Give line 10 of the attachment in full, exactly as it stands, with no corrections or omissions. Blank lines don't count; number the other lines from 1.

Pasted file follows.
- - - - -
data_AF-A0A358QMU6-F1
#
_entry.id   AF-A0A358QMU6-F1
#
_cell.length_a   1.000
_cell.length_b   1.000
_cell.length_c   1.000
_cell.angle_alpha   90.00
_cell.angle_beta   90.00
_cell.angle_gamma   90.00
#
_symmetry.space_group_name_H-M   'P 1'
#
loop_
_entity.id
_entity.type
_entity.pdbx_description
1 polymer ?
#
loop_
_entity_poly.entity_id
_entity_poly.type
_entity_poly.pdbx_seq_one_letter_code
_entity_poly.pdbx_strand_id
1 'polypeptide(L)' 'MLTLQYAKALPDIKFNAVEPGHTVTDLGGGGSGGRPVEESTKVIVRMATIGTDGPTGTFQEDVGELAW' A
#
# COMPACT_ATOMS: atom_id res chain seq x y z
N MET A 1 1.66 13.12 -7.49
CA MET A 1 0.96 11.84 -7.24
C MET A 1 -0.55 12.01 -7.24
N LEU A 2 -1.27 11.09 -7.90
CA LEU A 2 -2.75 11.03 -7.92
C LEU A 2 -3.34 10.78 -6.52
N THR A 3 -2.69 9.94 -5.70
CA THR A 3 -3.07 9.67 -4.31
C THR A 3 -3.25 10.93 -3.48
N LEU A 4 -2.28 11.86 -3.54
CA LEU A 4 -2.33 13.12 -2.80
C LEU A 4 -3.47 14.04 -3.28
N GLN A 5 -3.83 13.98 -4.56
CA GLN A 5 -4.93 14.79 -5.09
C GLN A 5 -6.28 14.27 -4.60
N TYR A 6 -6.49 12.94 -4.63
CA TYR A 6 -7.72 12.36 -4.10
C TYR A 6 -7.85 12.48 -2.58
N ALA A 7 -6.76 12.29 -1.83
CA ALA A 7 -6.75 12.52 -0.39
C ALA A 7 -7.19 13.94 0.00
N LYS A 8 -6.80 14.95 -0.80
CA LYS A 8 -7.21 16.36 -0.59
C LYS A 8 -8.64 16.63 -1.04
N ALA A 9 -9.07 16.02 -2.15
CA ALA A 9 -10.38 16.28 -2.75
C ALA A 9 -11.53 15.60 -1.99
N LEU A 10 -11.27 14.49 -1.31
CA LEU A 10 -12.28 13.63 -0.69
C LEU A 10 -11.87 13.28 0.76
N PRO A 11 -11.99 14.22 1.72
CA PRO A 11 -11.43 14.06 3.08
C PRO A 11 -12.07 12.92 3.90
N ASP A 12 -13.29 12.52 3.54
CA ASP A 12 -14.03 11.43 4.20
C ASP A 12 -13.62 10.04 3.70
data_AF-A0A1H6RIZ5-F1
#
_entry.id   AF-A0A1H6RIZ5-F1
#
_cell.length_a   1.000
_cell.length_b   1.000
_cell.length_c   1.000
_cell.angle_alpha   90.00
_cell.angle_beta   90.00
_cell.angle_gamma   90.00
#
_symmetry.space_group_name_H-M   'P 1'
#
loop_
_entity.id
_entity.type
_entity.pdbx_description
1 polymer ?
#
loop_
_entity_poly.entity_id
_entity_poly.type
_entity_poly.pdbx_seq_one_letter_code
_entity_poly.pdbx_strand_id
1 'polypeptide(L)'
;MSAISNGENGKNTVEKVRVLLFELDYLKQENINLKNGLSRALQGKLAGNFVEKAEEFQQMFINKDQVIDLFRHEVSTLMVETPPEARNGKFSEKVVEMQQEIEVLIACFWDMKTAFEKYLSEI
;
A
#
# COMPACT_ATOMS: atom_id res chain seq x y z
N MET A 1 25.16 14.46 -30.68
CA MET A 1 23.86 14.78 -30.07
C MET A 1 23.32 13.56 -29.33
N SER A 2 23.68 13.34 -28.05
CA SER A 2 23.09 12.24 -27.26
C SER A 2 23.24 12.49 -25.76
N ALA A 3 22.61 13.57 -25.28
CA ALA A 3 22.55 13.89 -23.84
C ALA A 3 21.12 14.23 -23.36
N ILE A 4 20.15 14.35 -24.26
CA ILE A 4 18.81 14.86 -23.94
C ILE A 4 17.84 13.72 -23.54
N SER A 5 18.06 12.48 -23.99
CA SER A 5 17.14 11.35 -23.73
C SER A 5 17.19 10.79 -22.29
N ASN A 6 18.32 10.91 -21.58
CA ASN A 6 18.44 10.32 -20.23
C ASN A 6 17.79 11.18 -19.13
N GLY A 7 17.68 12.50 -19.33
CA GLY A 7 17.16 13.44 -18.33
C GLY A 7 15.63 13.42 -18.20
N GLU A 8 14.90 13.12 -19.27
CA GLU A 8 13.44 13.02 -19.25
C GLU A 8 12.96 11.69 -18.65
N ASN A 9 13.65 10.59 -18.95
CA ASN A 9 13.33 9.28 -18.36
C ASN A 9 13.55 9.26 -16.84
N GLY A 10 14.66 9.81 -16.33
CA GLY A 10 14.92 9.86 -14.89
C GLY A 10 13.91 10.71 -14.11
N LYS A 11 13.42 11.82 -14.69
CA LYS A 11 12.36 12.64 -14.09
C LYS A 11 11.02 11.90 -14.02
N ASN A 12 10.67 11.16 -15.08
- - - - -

_cell.angle_gamma   90.00